Patten, William (fl.1548-1580) (DNB00)

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PATTEN, WILLIAM (fl. 1548–1580), historian and teller of the exchequer, was eldest son and third child of Richard Patten (d. 1536), a clothworker of London. The father was a son of Richard Patten of Boslow, Derbyshire, and a nephew of William Patten, alias Waynflete, bishop of Winchester. William's mother, Grace, daughter of John Baskerville, died before her husband (Gregson, Portfolio of Fragments, pp. 190-4, and Chetham Soc. Publ. lxxxviii. 229). Patten apparently accompanied the expedition into Scotland in 1548, and the Earl of Warwick, lieutenant of the host, made him ‘one of the judges of the Marshelsey.’ William Cecil (afterwards Lord Burghley) [q. v.] went with him, and both, according to Patten, took notes day by day. Patten prepared an account of the expedition for publication, and obtained some aid from Cecil’s diary. The work appeared as ‘The Expedicion in Scotland of the most woorthely fortunate Prince Edward, Duke of Somerset, uncle unto our most noble Sovereign Lord ye kinges maiestie, Edward the VI, goovernour of hys hyghnes persone, and protectour of hys graces realmes, dominions, and subjects: made in the first yere of his maiesties most prosperous reign, and set out by way of diarie by W. Patten, Londoner. Imprinted in London the last day of June, in the 2nd year of the reign of Edward VI.’ It was reprinted in Dalzell’s ‘Fragments of Scottish History,’ Edinburgh, 1798, and in Arber’s ‘English Garner,’ iii. 51-155, 1880. Patten’s narrative was largely quoted by Holinshed and was followed in Sir John Hayward’s ‘Life and Reign of Edward VI’ (see Lit. Remains of Edward VI, Roxburghe Club, pp. 215 seq.; Strype, Eccl. Mem. II. ii. 180).

In 1550 ‘William Patten, Esq.’ was granted by Thomas Penny, prebendary of St. Paul’s, the lease of the manor of Stoke Newington, and in 1565 the lease was renewed for ninety-nine years, to commence from Michaelmas 1576, at 19li per annum. This property Patten assigned about 1571 to John Dudley (see William Robinson, Stoke Newington, p. 28; and Ellis, Campagna of London, p. 109). While lord of the manor of Stoke Newington Patten repaired the parish church, which was in a ruinous state (1563) (ib. p. 199). Patten subsequently became one of the tellers of the receipt of the queen’s exchequer at Westminster, receiver-general of her revenues in the county of York custumer of London outward, and a justice of peace for Middlesex (State Papers, Dom. Eliz. xi. 101, 3 Jun 1563). On 19 Nov. 1580 (ib. cxliv. 32) he wrote to inform Walsingham as to the farming of the royal mines. No later mention of him is known (cf. Hist. MSS. Comm. 4th Rep. p. 215; Hatfield Calendar, ii. 108).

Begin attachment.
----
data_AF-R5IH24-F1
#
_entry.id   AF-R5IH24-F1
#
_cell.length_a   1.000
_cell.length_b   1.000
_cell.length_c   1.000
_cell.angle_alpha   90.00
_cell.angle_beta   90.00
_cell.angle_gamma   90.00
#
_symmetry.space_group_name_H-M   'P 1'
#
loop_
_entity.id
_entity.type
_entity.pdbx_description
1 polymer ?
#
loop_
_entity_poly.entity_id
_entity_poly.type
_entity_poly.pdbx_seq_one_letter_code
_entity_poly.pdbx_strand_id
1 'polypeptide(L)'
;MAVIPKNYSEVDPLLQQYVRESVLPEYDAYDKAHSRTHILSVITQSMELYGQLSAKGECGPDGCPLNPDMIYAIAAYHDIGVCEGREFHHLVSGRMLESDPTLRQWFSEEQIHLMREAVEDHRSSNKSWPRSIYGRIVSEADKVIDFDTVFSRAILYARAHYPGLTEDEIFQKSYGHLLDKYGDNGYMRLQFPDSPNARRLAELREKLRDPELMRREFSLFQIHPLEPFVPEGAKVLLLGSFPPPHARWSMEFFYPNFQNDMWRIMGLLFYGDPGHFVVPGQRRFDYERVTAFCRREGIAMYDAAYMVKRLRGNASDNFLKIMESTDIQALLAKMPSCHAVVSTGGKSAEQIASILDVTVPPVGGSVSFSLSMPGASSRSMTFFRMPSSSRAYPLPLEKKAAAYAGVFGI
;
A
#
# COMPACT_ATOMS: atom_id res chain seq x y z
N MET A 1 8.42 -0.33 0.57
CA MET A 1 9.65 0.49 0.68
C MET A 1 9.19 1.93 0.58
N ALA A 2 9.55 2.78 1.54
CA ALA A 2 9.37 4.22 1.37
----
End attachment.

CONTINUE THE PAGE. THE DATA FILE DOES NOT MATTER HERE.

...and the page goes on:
By his wife Anne, a daughter of one of the heiresses of Richard Johnson of Boston, Lincolnshire, Patten had seven children. An engraving of Patten, by J. Mills, is in Robinson’s ‘Stoke Newington,’ p. 28.

A contemporary named Patten was apparently rector of Newington, on William Patten’s presentation (see State Papers, Dom. Eliz. Addenda, xi. 46), and was doubtless William’s nephew. He wrote anonymously ‘The Calendars of Scripture, whearin the Hebru, Chaldean, Arabian, Phenician, Syrian, Persian, Greek, and Latin names of nations, contreys, men, weemen, idols, cities, hils, rivers and of other places in the holly byble mentioned by order of letters, is set and turned in oour English toung,’ 1575. Tanner wrongly ascribes this work to the elder Patten. It was compiled from works by Francis Ximenes and John Arquery of Bordeaux (cf. printer’s preface, dated 19 April 1575).

[Authorities quoted; Strype’s Annals, II. i. 744, Eccl. Mem. II. ii. 280; Tanner’s Bibl. Brit.-Hib.; Ames’s Typogr. Antiq. ed. Herbert, i. 525; West’s Catalogue, p. 203; Halkett and Laing’s Dict. of Anonym. and Pseudon. Lit. i. 301; information from the Rev. Prebendary Shelford, formerly rector of Stoke Newington.]

W. A. S.